image processing for precision landing

Hi all,

I’m looking for a straightforward solution to have a quad land on a small outdoor target area of 1ft x 1ft. Fully autonomous. Acceptable accuracy would be +/- 2 inches of the target center.

We know the GPS location of the landing site, which the quad will use as a waypoint to get to the area and start hovering at altitude. Then for the actual precision landing and descent, a visual marker could be used, ideally I wouldn’t need anything electronic on the ground to make things simple (unless it's really cheap as in less than $50 and leads to a much simpler solution). Also all computing systems must be onboard the quad.

I was thinking of combining a Pixhawk, a Raspberry Pi 3 and its V2 camera module (8MP) to do computer vision with OpenCV. I would like to keep things simple and if possible limit the image recognition to basically a color mask + find contours. First the Pixhawk will take the quad to the GPS location. Then in “locate & descend” mode the RPi3 would start scanning and feed the Pixhawk with (x,y,z) velocity vectors to get closer to target and land.

Will this be good enough? Any potential roadblocks that I should anticipate?

While searching on the forum I found a UC Berkeley project [1] that seems related although it’s 2 years old. I also came across the PX4Flow work but I’m hoping I can do without.



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  • Thanks guys, I'm starting to see more clear now.

    I think there are really two components.  1) data gathering + measurement accuracy, and 2) vehicle control.  (1) and (2) form a closed feedback loop.

    For (1) I can see how IR will have an edge, but let's assume for a minute that (1) is solved and gives you reliable, high enough frequency measurements with velocity vectors, and let's focus on (2).

    All the tests and videos I've seen seem relatively similar: the approach is monotonous.  The vehicle approaches the targets and descends, then it's a hit or miss.

    Why not keep trying to hit until time runs out?  With this strategy the vehicle should descend and if the target goes out of the field of view, it goes back up or moves around in the horizontal plane to find the target again.  Same thing when it gets very close (a couple of centimeters) to touching down.  If it's 3cm above and the vehicle is not about to hit the target with say 1cm accuracy, it should just stabilize or go higher and try again, but NOT descend.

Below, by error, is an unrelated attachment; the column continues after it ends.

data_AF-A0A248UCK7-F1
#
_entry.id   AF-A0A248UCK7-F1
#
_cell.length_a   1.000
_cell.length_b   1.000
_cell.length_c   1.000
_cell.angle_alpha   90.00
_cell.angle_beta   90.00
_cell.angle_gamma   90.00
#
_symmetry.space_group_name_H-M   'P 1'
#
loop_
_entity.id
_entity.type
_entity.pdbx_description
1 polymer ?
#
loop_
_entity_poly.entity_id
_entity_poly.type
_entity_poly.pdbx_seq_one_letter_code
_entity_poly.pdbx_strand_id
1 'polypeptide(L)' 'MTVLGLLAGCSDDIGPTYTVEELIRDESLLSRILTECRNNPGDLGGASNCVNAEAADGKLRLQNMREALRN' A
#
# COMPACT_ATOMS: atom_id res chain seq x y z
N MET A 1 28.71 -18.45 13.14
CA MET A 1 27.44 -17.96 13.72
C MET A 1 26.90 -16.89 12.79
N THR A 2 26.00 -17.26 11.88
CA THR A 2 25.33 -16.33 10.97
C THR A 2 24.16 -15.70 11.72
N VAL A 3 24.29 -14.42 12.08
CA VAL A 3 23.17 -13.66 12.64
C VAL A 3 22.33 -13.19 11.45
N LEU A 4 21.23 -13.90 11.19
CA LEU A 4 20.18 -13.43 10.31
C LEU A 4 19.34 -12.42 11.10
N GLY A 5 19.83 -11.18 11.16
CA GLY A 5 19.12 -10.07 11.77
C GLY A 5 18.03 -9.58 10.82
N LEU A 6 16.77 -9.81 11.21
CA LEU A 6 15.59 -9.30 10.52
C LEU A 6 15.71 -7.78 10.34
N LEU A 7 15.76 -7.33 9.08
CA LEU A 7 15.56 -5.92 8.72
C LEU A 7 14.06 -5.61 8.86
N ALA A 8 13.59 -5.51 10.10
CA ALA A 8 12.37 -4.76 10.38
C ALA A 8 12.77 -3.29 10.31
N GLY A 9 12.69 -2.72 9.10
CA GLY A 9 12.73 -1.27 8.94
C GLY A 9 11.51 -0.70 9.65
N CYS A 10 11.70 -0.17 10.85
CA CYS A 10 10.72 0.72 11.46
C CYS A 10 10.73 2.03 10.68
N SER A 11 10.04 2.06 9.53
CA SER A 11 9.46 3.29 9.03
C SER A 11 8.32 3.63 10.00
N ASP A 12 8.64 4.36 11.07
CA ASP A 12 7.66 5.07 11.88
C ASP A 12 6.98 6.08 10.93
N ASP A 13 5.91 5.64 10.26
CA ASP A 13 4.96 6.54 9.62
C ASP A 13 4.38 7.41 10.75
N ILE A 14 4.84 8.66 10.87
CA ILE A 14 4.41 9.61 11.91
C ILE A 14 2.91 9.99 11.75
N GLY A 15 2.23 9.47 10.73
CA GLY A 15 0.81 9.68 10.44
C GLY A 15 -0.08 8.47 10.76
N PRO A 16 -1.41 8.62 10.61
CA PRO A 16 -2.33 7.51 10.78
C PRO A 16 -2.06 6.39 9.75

I'm still busy building and I'll get to testing this stuff soon, in the meantime I'd be curious to hear and get some feedback.

  • @Anthony E

    Great questions. I can only answer them from the IR-LOCK perspective. They may or may not be applicable to other sensor systems. ... (I will probably add more content later. I have been super-busy lately)

    John A.B. is correct when he says that reliable and accurate tracking does not always translate into accurate copter control.

    Multiple control strategies have been tested published. Here are two of them. 

    (1) Precision Landing with Accuracy Management (blog post link)

    (2) Precision Landing Slowdown Feature (video link)


  • Daniel Nugent demonstrated his precision landing within SITL here

  • This is helpful thanks.  What's the best way to locally test my CV code?  SITL?  I'd like to test the RPI3 looking for the target and driving Pixhawk.

  • Antony,

    The RPI 3 experimentation is here,

    As for speed, if you read through the literature, most successful controllers are running over 20 Hz; 10 Hz being the bare minimum to keep a quad flying.

    Here is a good representation of the different automation layer and the corresponding speed:



  • Developer

    In one word latency.

    Everything in a traditional autopilot is more or less done after the fact. A sensor picks up data, and then the control reacts and calculates the needed corrections. But it's always at least one step behind. But since the sensor and control rates are high and has low latency, this works for most situations.

    But in visual computing there will be much more latency. Typically ~100ms just for the camera capture, and even more in the visual computing part. And you can guess the kind of trouble this will lead to. And trying to predict into the future based on previous movements, only works in stable systems without unpredictable external influences.

  • @John Arne Birkeland - I can definitely imagine wind gusts making this an entertaining dance to watch.  Assuming no wind, what else should I be worried about?

  • @Patrick Poirier - Was it an RPI3, or 2?  Your post says "Raspberry Pi 2".  Regarding houghcircle, I noticed this algo is pretty resource hungry.  I'm going to stick to color based for now.  As for the frame rate,  even 8Hz seems like decent at least to start?

  • Randy has kindly responded to my request on youtube, and here is the code for the new setup:  There is lot of interesting stuff in this code :-)

    I doubt that the RPI can do this job, when I experimenting with balloon popper on my RPI3  here , I could not get much better than 8 fps with basic blob detect (houghcircle was under 6 fps), which is not really efficient as a UAV controller. So then I ordered an ODROID XU4 , and the results are much better, I will get updates this fall , but for the moment I enjoy FPV under the sun .. ;-)

    Open Kinetic AI: a framework for intelligent motions of Robots - yankailab/OpenKAI
  • Developer

    Any idea why the vehicle doesn't hit the center of the target?  Is the software configured to just be happy with putting all 4 legs down on the support structure?  I was hoping for centimeter-accuracy with such hardware.

    Having accurate tracking does not automatically translate to accurate landings when you are flying in the real world with lots of complex internal and external physic and aerodynamic interactions going on.

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